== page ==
5. Tinker says:

    The factor that most affects me bicycling at ANY time day or night is the WEATHER (105 today). I have not found a method that will allow me to feel much better about it. (Oh, night? Yeah, low nineties usually. Not much better.) No kids standing around on street corners, either, too darned hot!

    4 lane divided roadway just outside the gate… I’m scared my saddle will melt.

  6. Catherine says:

    I live in a smallish city just outside DC–while just 4 miles outside city limits, it is its own little hub of activity…a big long main street with countless little shops, restaurants, bars etc, a central park/plaza in front of City Hall, locally owned and operated everything. Sometimes it’s too cute to stand.

    I always knew that the crime rate for such a place was relatively high (but significantly lower than DC’s), and it’s a prime target for criminals because it is heavy on tourists, the bars and restaurants are always packed, and the residents tend to be on the affluent side (sometimes extremely so, or sometimes decidedly middle class, but mostly affluent). It’s easy to get around (grid plan, no culs-de-sac), and easy to get out of (the county line is a mile in one direction, the state line a mile in another direction). So the criminals love it. Even so, I was never frightened to walk around late at night. It always felt warm and safe and cozy and quaint. I even eventually moved to a ground floor apartment (among other reasons, I get use of the alley and therefore bike parking) even though I knew it was technically a dangerous idea, but I still felt safe.

    Then, two weeks ago, some dude broke into my house while I was sleeping and I woke up (luckily he ran when he knew I was awake but it was still a terribly frightening ordeal), and I’ve been terrified ever since. I’ve only just moved back into my apartment (with company, and more locks and bars and alarms and I still can’t sleep) and walking around town doesn’t feel the same anymore. I haven’t been out on my bike yet because it’s still up at my aunt and uncle’s house (where I’ve been staying for the past few weeks), I plan to ride or Metro it back home this weekend. I’m hoping I won’t be as scared on my bike as I am walking. Somehow, I think I’ll feel safer on my bike because I can ride faster than the bad guys can run!

    Two VERY important thing of note: you can still be followed home from a public place on your bike. Not as easy as when you’re walking or driving but it can happen, so stay aware. Second, as most of us know, we tend to stand out on our bikes (particularly if we’re riding in dresses and skirts on a less common type of bike like a Dutch style or something). This can get welcome, positive attention from strangers or unwelcome negative attention from unsavory characters. Try to not leave your bike parked in public view near your residence (I know most people don’t already due to weather and theft concerns but still). It’s like waving a flag that says “this is where that cute girl who rides this bike lives and she’s probably home right now”.

    • dottie says:

      Oh my goodness, Catherine, that is terrifying! Thank you for sharing your story with us and I am so sorry that happened to you. A much, much less extreme situation than yours, but when my garage was broken into and my bikes stolen, it was a jolt and a reminder that I live in a big, crime-ridden city. What happened to you is even scarier. You should be fine now that you have more extensive security and bars. I wish you the best transitioning back to your apartment.

      That is a GREAT tip about not leaving distinctive bikes parked outside – there are creepy weirdos all over, unfortunately.

    • Trisha says:

      I’m so sorry Catherine! When my bike was stolen from just outside my apartment I woke up in the night for weeks so I can’t imagine how you must feel. I’m a bit concerned about leaving my bikes parked outside for just that reason but there are three front doors right around my bike parking area so any potential creepy person would have to beat the odds to find me.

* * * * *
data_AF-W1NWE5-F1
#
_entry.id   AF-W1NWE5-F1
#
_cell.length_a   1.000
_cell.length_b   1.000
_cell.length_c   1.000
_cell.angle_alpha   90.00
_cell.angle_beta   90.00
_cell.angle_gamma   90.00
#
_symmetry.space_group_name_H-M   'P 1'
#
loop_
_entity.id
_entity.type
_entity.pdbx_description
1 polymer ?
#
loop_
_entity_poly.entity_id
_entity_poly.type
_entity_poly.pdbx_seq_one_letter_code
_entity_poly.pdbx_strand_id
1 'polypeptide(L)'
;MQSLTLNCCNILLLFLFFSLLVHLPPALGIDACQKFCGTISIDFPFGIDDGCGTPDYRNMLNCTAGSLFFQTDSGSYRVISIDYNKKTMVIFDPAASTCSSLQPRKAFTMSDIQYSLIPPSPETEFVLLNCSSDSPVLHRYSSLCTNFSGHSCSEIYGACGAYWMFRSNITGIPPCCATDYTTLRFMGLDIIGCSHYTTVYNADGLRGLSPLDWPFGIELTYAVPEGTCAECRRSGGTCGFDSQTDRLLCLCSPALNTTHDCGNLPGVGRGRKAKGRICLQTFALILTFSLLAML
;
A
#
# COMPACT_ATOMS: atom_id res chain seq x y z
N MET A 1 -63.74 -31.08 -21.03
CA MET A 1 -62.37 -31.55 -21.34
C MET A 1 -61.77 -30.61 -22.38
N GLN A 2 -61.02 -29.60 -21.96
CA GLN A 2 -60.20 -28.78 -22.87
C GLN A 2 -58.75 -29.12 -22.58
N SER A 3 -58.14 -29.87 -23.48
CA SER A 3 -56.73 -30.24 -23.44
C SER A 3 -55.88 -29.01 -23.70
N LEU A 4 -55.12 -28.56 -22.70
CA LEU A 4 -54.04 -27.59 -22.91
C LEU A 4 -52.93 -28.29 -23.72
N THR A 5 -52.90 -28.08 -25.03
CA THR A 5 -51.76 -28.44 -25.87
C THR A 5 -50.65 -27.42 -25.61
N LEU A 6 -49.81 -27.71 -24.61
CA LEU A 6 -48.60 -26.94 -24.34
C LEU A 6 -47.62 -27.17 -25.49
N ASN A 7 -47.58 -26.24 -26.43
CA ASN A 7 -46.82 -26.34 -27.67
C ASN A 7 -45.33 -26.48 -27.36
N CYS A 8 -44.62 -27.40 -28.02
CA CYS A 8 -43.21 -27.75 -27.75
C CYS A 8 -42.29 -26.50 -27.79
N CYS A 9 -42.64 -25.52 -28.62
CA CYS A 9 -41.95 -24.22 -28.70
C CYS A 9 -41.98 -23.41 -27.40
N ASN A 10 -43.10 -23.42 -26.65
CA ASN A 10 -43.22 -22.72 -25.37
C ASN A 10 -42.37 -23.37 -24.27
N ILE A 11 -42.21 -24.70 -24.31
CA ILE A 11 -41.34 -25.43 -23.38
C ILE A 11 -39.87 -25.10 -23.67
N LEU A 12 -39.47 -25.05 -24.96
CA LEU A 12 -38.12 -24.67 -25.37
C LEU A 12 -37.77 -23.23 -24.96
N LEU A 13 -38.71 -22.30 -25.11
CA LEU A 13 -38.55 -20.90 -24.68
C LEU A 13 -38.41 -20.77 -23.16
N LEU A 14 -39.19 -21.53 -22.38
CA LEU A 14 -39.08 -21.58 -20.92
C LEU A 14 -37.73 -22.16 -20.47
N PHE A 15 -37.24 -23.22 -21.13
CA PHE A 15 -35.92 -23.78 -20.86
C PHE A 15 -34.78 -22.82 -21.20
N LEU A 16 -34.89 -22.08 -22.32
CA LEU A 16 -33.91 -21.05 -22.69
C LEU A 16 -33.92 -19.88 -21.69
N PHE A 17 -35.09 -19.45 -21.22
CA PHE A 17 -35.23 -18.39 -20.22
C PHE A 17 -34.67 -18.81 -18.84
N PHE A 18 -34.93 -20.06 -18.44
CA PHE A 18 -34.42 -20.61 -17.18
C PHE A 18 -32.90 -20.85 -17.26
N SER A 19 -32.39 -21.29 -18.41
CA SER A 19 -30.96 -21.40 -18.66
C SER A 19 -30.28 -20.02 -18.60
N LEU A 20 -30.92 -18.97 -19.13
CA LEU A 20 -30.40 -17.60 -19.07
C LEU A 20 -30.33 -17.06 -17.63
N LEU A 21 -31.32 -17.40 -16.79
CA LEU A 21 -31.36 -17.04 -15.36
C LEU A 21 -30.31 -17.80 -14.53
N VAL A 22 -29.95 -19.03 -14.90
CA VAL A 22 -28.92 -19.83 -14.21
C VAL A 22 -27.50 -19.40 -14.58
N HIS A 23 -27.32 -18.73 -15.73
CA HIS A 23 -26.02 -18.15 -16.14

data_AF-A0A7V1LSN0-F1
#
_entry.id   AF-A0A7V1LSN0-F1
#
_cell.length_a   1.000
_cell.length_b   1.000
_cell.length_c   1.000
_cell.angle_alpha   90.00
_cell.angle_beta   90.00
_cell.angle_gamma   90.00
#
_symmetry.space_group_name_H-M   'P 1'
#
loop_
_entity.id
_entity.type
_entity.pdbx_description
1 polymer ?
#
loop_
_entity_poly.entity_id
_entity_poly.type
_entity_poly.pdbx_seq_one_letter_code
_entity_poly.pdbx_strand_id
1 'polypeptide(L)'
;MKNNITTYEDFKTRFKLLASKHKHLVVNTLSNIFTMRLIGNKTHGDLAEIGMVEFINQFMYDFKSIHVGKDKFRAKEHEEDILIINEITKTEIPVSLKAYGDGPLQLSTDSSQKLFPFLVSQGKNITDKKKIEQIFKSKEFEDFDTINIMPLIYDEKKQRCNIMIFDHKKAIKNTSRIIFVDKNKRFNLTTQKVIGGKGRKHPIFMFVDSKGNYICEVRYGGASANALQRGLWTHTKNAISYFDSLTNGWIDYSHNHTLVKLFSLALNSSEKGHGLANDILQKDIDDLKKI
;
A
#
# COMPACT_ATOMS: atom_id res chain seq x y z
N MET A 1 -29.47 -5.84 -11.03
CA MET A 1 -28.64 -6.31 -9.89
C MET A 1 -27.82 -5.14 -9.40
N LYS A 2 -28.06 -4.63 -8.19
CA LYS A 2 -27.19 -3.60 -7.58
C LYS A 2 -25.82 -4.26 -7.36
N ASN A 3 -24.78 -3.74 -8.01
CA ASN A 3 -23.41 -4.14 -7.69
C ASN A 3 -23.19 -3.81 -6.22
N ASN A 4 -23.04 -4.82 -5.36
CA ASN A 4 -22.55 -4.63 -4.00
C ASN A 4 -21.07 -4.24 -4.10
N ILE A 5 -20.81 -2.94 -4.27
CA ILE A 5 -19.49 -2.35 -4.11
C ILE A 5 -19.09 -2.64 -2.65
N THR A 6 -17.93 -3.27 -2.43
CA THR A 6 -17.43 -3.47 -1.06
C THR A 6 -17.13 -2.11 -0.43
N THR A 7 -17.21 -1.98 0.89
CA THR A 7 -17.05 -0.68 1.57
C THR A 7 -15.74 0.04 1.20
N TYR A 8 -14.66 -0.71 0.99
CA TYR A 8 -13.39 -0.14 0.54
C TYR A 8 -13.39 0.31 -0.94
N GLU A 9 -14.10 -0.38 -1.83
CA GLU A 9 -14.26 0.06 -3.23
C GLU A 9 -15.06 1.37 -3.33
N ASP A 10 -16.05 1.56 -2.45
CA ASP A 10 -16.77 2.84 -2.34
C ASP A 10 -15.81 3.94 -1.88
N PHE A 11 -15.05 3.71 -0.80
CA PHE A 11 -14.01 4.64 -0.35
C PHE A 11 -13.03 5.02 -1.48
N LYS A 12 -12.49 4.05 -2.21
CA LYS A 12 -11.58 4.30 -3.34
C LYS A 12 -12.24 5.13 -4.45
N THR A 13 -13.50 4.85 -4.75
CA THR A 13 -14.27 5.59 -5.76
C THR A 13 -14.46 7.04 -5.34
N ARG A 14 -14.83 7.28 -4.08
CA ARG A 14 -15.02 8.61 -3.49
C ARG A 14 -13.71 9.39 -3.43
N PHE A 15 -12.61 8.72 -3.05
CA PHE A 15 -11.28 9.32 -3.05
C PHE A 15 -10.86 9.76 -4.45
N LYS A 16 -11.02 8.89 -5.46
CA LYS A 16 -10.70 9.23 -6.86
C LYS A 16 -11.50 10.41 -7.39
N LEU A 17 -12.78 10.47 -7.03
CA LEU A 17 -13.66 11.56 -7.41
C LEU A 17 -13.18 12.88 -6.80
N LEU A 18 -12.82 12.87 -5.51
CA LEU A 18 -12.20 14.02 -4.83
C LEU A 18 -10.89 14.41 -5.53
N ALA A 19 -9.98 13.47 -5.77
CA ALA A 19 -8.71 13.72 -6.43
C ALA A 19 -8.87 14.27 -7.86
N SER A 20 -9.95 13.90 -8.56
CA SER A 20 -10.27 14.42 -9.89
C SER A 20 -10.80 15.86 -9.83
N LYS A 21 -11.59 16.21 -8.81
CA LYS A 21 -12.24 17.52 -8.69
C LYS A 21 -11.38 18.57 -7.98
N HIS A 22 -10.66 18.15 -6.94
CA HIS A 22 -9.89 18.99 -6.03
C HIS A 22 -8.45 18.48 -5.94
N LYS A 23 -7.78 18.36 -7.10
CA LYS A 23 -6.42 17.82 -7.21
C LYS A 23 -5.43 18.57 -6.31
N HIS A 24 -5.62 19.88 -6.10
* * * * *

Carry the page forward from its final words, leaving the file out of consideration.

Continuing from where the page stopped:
7. Elaine says:

    I feel safe either walking or cycling in my neighborhood; it’s a fairly average/low-crime town. Biking usually *feels* safer, since I’m zipping by a little faster. I do find the trail portion of my bike commute a little spooky in the wintertime, since it’s both dark and less used then. (My partner, who is more paranoid than I, feels better when I have my whistle around my neck and my bluetooth headset on.)

    I do have safety concerns on the trail in the dark half of the year, both of which are about falling rather than being jumped: wet leaves etc. and blinking headlights on other cyclists. That second one is a topic that tends to leave me frothing at the mouth. I get seriously disorientated on the dark trail (few or no lights) when someone comes the opposite direction with a blinking headlight. I’ve even had to pull over and wait until they pass. (What’s the best way to tell people they don’t need to have BLINKING lights on the trail?)

    From November through March, what’s most likely to stop me from cycling is the weather. My morning commute is often below freezing then, and I just don’t feel either safe or comfortable. Every so often I’ll wimp out on the rain even when the temps are decent, but not that often.

  8. Elaine says:

    In the light half of the year I usually have to be pried off of my bike with a crowbar. :)

  9. Pearl says:

    I live in DFW, in a well-lit, affluent neighborhood. Riding during the day and early evening is easy and safe. There is little car or foot traffic, everyone drives slowly, and there are lots of cops. I am looking forward to taking The Bike on a morning commute, come the beginning of the semester. I’ll be commuting early in the morning and, sometimes, in the early evening.

  10. alice says:

    I do not feel safe in my neighborhood after dark so if I know I will be coming back by myself I will always cycle as I am much safer from people grabbing me or following me. I am long gone before they can think of doing anything hopefully!

  11. Steven Vance says:

    Was this focus group run by someone named Stephen Vaughn?

  12. E A says:

    I must say with the muggings happening lately, I feel less safe than I have, especially after dark. And of course my mother worries!
    But on my bike at least I can pedal away and I’m not a sitting target, as I would be on the EL or standing at the bus stop or even just walking home.